Steve Saunders Goldwing Forums banner

Status
Not open for further replies.
1 - 20 of 27 Posts

·
Premium Member
Joined
·
20 Posts
Discussion Starter #1
imported post

Being a very conservative rider I do not lean much; however, I also have no idea how far I actually do lean. So, how can I measure my lean angle? I thought of some type of an inclinometer - but the physics of how they work may prevent that (http://www.advrider.com/forums/showthread.php?t=539596). Another site suggested an iPhone coupled with TiltmeterPro application (http://www.zx-10r.net/forum/showthread.php?s=b5409d40d618992ca58aa3649d5e63fb&t=77157&page=2). This issue is far more complicated than I had originally thought it would be. Any suggestions on how 'lean angle' could be measured? Thanks.
 

·
Premium Member
Joined
·
239 Posts
imported post

I usually lean as far as I can without falling over. LOL Honestly, don't know how to measure that but what you can do is look at the videos on You Tube and see how far some of them look like they're leaning. May not be a measurement but should give you some idea.
 

·
Premium Member
Joined
·
3,303 Posts
imported post

Above 10 mph you should lean more than the bike does, then when you hear the metal parts scraping you know you are leaning far enough.

Below 10mph counter lean and push the bike over, same thing applies to the scraping hard parts though.

If you never hear the hard parts touch then you are not leaning over all the way.
 

·
Premium Member
Joined
·
5,377 Posts
imported post

Yours is a good question. Even a conservative rider needs to know how far he can push things in an emergency.

I'm not sure if this applies to you but overly cautious riders have gone off the road on curves they could have handled with the appropriate lean.

Riding with a mentor who takes you slowly up the learning curve is one option. A turn and bank indicator is another option but comes with a problem. You have to take your eyes off the road to use it.
 

·
Premium Member
Joined
·
14,148 Posts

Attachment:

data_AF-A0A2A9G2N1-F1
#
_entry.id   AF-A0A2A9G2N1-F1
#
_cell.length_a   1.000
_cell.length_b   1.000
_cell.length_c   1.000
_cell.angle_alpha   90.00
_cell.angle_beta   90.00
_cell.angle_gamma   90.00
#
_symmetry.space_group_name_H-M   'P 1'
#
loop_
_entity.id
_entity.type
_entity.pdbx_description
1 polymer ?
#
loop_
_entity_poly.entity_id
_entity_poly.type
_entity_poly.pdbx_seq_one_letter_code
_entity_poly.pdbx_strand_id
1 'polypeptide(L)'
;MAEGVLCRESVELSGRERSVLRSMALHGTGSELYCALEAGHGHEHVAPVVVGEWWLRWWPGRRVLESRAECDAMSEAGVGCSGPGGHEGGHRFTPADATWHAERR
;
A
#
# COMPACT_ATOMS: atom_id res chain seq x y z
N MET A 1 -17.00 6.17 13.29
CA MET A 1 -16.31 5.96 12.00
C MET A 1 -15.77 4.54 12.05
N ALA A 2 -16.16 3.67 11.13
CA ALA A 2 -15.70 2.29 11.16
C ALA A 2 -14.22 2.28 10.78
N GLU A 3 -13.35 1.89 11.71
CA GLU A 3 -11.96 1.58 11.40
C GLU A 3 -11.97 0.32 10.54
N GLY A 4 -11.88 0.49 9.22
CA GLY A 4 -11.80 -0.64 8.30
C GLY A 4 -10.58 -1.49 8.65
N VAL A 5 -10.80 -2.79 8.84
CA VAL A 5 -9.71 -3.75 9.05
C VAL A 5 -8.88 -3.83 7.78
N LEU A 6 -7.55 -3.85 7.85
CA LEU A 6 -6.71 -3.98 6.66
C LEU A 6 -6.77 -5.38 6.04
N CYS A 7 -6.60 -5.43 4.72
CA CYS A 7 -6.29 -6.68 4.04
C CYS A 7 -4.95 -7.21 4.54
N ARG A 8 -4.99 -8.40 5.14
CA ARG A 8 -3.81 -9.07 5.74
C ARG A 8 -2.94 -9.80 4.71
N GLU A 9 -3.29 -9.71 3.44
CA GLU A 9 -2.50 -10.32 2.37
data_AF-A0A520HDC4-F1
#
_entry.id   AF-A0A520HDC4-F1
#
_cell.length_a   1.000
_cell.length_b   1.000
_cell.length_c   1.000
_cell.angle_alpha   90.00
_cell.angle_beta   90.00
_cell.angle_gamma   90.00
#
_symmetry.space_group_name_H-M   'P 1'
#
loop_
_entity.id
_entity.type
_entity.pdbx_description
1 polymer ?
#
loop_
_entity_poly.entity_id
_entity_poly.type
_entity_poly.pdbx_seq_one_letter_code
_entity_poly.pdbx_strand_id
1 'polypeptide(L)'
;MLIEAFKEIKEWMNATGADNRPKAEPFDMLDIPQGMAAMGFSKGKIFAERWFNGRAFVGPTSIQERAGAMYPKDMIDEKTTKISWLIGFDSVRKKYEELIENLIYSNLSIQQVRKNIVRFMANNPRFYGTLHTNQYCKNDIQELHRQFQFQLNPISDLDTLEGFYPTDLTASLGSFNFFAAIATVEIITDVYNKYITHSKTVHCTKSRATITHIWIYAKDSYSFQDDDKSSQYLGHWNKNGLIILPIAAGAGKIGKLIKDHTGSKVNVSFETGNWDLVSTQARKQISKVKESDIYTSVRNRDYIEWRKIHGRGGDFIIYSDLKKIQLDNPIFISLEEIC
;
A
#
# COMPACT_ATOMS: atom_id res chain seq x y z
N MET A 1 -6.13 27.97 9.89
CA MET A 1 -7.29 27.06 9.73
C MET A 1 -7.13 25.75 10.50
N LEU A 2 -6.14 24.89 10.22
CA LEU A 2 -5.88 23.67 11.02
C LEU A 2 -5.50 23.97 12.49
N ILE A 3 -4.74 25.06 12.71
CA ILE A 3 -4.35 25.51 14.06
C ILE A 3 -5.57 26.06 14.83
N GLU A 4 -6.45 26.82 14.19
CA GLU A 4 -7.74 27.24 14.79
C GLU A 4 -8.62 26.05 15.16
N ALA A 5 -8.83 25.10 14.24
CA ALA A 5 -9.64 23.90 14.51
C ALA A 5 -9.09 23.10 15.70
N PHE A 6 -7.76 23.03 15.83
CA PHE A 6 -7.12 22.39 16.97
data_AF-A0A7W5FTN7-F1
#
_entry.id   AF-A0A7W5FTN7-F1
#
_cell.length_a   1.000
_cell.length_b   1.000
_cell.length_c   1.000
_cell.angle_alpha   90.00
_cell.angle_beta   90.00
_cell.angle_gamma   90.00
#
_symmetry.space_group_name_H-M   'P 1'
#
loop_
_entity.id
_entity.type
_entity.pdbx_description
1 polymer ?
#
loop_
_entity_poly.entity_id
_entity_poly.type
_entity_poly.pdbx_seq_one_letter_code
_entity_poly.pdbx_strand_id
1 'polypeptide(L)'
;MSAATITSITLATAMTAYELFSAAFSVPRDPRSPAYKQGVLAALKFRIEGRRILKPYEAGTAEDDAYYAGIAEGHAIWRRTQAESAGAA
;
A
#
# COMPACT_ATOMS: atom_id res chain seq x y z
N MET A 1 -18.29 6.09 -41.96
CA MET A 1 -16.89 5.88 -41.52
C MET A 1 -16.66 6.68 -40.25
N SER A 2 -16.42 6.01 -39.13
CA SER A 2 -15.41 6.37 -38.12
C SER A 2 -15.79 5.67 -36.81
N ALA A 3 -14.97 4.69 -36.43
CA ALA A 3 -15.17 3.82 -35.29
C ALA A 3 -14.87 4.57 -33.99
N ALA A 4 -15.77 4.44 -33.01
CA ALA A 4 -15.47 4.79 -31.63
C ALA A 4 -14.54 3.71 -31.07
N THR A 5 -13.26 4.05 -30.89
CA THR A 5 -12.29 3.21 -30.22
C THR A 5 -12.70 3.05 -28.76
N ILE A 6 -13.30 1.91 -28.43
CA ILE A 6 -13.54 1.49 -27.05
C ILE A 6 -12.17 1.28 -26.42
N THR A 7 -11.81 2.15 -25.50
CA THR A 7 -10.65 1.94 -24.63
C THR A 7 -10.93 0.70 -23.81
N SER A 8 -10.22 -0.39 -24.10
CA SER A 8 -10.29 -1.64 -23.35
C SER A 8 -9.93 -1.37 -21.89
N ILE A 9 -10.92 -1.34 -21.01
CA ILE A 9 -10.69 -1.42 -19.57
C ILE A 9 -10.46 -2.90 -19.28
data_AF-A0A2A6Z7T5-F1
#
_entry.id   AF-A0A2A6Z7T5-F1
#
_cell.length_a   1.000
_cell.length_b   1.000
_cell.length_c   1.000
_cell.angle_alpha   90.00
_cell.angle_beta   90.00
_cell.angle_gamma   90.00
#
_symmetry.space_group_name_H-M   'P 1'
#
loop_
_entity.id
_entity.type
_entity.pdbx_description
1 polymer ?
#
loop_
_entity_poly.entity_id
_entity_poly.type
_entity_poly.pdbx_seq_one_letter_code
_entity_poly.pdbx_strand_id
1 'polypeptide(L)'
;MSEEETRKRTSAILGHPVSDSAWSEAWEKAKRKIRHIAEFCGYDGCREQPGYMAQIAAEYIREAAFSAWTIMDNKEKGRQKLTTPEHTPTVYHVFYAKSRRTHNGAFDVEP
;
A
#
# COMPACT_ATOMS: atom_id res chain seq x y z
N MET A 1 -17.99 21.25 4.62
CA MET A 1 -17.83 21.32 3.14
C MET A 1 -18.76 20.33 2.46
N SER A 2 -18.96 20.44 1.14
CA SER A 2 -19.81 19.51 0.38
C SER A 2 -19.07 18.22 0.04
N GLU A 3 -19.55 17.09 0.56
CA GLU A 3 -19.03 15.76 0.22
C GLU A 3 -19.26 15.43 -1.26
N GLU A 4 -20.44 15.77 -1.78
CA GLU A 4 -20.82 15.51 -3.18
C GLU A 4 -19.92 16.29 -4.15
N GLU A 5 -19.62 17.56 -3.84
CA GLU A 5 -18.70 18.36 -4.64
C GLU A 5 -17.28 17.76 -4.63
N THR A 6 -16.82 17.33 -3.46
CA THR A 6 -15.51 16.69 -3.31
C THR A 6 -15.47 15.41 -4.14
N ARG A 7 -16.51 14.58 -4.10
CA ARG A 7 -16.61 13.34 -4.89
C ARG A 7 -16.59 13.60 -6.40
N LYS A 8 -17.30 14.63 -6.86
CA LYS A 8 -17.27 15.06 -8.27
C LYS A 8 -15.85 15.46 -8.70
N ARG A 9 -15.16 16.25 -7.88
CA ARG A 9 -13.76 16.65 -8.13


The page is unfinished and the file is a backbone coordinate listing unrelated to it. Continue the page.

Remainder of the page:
imported post

the problem with a bubble level or other gravity operated lean angle type device, is that gravity is counter-acted by centrifugal force in the turn. This is the physics involved in turning a two-wheeled vehicle. The two forces are equal and opposite. So your lean indicator would indicate zero.



You might try to mount a camera on the bike and take a video of your lean, and then measure the resultant angle on the computer screen.



But that's the only idea I can come up with.
 

·
Premium Member
Joined
·
551 Posts
imported post

Years ago, I'd scrape the floorboards and right the bike in panic. Now, if I don't scrape the pegs in the turns, I'm very disappointed. Lean it until you can hear it. Trust me, you'll grow to like that sound. Otherwise, there are a few clinometers on the market that should accurately measure the lean angle.
 

·
Banned
Joined
·
12,287 Posts
imported post

A simple way to get some measure is to do this:

You'll need:

A small plastic protractor
Some lightweight fishing line
A fishing weight (sinker type, 'bout one ounce)
A black permanent marker (Sharpie works)
A length of wood dowel to span handlebars
Duct tape
Razor blade

Bike on center stand and level.

Cut the dowel so it will span your handlebars with the ends running about an inch over on each side in a spot that leaves the dowel sitting level. each bike is different. Tape the dowel in place.

Find the center of the dowel and mark it with the marker. Center the protractor to the mark with the straight, flat side against the dowel and tape just the ends to the dowel. So far, everything is temporarily in place.

Use the razor blade and cut open the marker. Inside will be the felt material used to flow the markers fluid. Careful, it's messy. Cut a small section appx 1" long and about 1/16" wide from it. This is your new wiper.